The entrance of greenhouse
 
Visitors in the greenhouse

Various species of orchids, ferns, bromeliads, vines and carnivorous plants are grown in the greenhouse.

Palm Garden edit

 
Worm eye view of a mature Royal palm

This garden grows over 30 species under 22 genera of the palm family.

Bauhinia Garden edit

This garden grows 8 species including Hong Kong orchid tree (Bauhinia blakeana), purple camel's foot (Bauhinia purpurea) and camel's foot tree (Bauhinia variegata).

Azalea Garden edit

 
Westland's rhododendron

This garden grows over 10 azalea species including red azalea (Rhododendron simsii), lovely azalea (Rhododendron pulchrum), purple azalea (Rhododendron pulchrum var. phoeniceum) and white azalea (Rhododendron mucronatum), those are native to Hong Kong. There are also rare species such as yellow azalea (Rhododendron molle) and Westland's rhododendron (Rhododendron moulmainense).

Herb Garden edit

Various species of herb are grown in the garden.

Animals edit

 
meerkat
 
golden lion tamarin
 
A taxidermy specimen of Siu Fa, the female jaguar

The size of the garden precludes the keeping of very large mammal species such as giraffes. Nevertheless, the collection of primates is varied, including such diverse creatures such as the Hoffmann's two-toed sloth, Red necked wallaby, golden lion tamarin, gibbon, orangutan, ring-tailed lemur and black-and-white ruffed lemur. Apart from the plants, there are over 400 birds, 50 mammals and 20 reptiles.

Mammals and reptiles edit

 
African spurred tortoise
 
Radiated tortoise
 
Chinese alligator

A taxidermy specimen of Siu Fa, the female jaguar that lived in Hong Kong for nearly 20 years is on display at the Education and Exhibition Centre of HKZBG from 5 March 2009.[10]

A pigeon pair of Bornean orangutan twins were born in the HKZBG in July 2011, joining the big family of the gardens. This is the first-ever successful breeding of Bornean orangutan twins in the HKZBG, bringing to five the total number of this primate in the gardens[11]

To enhance public understanding and appreciation of all living creatures, the two female meerkats introduced to the HKZBG are aged 4 and 5, and are housed in the newly-decorated "Meerkat's Home".[12]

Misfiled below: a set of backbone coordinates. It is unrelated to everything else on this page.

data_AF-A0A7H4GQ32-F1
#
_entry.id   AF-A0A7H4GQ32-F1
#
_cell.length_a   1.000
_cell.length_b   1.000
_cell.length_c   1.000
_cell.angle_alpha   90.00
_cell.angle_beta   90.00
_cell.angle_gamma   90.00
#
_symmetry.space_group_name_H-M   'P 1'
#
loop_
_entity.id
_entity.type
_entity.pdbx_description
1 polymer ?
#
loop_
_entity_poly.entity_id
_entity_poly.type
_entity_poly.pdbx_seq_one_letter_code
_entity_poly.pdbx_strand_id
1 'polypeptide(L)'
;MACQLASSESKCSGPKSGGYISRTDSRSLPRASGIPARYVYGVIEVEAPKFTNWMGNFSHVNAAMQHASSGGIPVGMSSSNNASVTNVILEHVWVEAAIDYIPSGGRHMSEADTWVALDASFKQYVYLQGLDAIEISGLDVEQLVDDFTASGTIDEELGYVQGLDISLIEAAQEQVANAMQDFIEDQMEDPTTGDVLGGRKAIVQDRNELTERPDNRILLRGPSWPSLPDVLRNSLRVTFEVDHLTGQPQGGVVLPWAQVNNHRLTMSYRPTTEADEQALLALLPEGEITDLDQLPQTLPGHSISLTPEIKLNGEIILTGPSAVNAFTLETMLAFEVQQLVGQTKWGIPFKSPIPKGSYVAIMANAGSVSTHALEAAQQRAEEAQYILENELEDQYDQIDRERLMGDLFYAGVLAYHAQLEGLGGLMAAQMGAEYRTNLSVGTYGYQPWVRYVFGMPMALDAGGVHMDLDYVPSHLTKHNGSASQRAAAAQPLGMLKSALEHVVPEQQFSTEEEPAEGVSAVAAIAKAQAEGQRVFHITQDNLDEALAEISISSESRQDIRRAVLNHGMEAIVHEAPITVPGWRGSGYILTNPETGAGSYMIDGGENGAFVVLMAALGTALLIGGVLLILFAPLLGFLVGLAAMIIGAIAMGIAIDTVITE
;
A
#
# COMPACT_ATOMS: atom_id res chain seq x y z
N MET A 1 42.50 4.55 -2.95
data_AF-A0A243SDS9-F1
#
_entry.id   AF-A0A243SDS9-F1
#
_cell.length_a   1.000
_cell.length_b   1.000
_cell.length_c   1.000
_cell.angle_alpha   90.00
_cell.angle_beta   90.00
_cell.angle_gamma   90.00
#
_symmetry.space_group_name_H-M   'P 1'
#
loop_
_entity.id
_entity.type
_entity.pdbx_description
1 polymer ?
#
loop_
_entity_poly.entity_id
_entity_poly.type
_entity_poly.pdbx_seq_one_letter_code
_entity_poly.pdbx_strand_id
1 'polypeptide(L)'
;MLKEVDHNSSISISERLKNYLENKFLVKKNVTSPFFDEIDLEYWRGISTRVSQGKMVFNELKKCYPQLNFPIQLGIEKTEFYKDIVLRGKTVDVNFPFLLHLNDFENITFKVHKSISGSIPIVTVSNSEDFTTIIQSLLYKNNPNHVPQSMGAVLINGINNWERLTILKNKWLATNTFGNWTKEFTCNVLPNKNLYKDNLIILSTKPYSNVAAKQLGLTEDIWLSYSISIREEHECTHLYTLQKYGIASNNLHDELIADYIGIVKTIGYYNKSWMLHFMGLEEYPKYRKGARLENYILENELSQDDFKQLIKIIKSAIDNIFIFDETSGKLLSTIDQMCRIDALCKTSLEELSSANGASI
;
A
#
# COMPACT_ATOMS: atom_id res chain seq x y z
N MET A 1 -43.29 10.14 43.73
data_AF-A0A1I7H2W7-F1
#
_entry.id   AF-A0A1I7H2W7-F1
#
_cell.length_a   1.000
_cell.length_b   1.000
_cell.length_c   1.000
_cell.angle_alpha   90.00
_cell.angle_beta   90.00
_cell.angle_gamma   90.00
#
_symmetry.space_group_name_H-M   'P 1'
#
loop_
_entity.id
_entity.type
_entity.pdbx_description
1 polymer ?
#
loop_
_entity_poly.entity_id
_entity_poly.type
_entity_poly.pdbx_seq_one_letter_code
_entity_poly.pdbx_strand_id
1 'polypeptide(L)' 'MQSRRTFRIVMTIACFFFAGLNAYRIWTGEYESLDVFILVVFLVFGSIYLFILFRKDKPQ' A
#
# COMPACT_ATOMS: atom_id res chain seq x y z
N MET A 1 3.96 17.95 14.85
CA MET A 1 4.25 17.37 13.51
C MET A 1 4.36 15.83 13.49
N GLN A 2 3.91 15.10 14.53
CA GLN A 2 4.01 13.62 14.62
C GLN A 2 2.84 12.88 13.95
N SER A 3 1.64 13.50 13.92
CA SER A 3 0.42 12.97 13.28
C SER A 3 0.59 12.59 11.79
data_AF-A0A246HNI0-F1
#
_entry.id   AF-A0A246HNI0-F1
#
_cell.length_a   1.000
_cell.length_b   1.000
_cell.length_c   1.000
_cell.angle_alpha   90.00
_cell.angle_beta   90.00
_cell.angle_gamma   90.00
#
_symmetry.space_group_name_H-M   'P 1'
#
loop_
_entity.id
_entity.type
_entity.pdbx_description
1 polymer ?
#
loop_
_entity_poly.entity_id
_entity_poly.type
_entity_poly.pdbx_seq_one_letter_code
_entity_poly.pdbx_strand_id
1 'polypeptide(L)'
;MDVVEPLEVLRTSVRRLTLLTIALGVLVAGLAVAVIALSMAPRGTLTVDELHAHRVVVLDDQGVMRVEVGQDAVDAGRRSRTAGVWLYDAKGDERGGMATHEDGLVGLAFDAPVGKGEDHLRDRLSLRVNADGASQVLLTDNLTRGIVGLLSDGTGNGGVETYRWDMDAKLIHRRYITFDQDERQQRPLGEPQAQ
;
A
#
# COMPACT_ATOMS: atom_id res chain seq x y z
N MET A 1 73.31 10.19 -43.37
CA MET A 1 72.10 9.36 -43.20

In 2020, The mammal and reptile section of the Zoological & Botanical Gardens were temporarily closed due to the COVID-19 epidemic. The mammal families at the gardens expanded during the epidemic.

To celebrate its 150s anniversary in 2021, a female Asian small-clawed otter and red necked wallaby introduced to the HKZBG.[13]

Yellow-cheeked gibbons, ring-tailed lemurs, white-faced saki, black-and-white ruffed lemurs and cotton-top tamarins all welcomed new additions to the family.[14]

The reptiles are primarily snakes, crocodilians, and turtles such as the African spurred tortoise, radiated tortoise, Chinese alligator and Burmese python.

Birds edit

 
Yellow-casqued hornbill
 
Malayan peacock-pheasant
 
Black-faced spoonbill

Over 100 avian species have successfully reared young, including the Japanese red-crowned crane, peacock pheasant and the Bali mynah, all of which are highly endangered in the wild.

Just outside the greenhouse are several large aviaries housing species of waterfowl, such as the wood duck, flamingo, blue crane and intensely-coloured scarlet ibis, perching atop a man-made waterfall.

There are also terrestrial birds; many of them small, and with several species from East Asia and Africa. Yellow-casqued hornbill are among the HKZBG's larger avian species.[15]

An injured black-faced spoonbill was rescued in Nam Sang Wai by staff of the Agriculture, Fisheries and Conservation Department, and transferred to the KFBG Wild Animal Rescue Centre in March 2018. This spoonbill, which was unable to fly after an operation, will be able to join the other waterfowl at HKZBG, and so will have excellent human-provided care as well as companions in captivity.[16]

To celebrate its 150th anniversary this year, the Hong Kong Zoological and Botanical Gardens will hold a number of free public activities, in addition to adding black-crowned cranes, great white pelicans, and great curassow, in addition to bird-watching platforms.[13]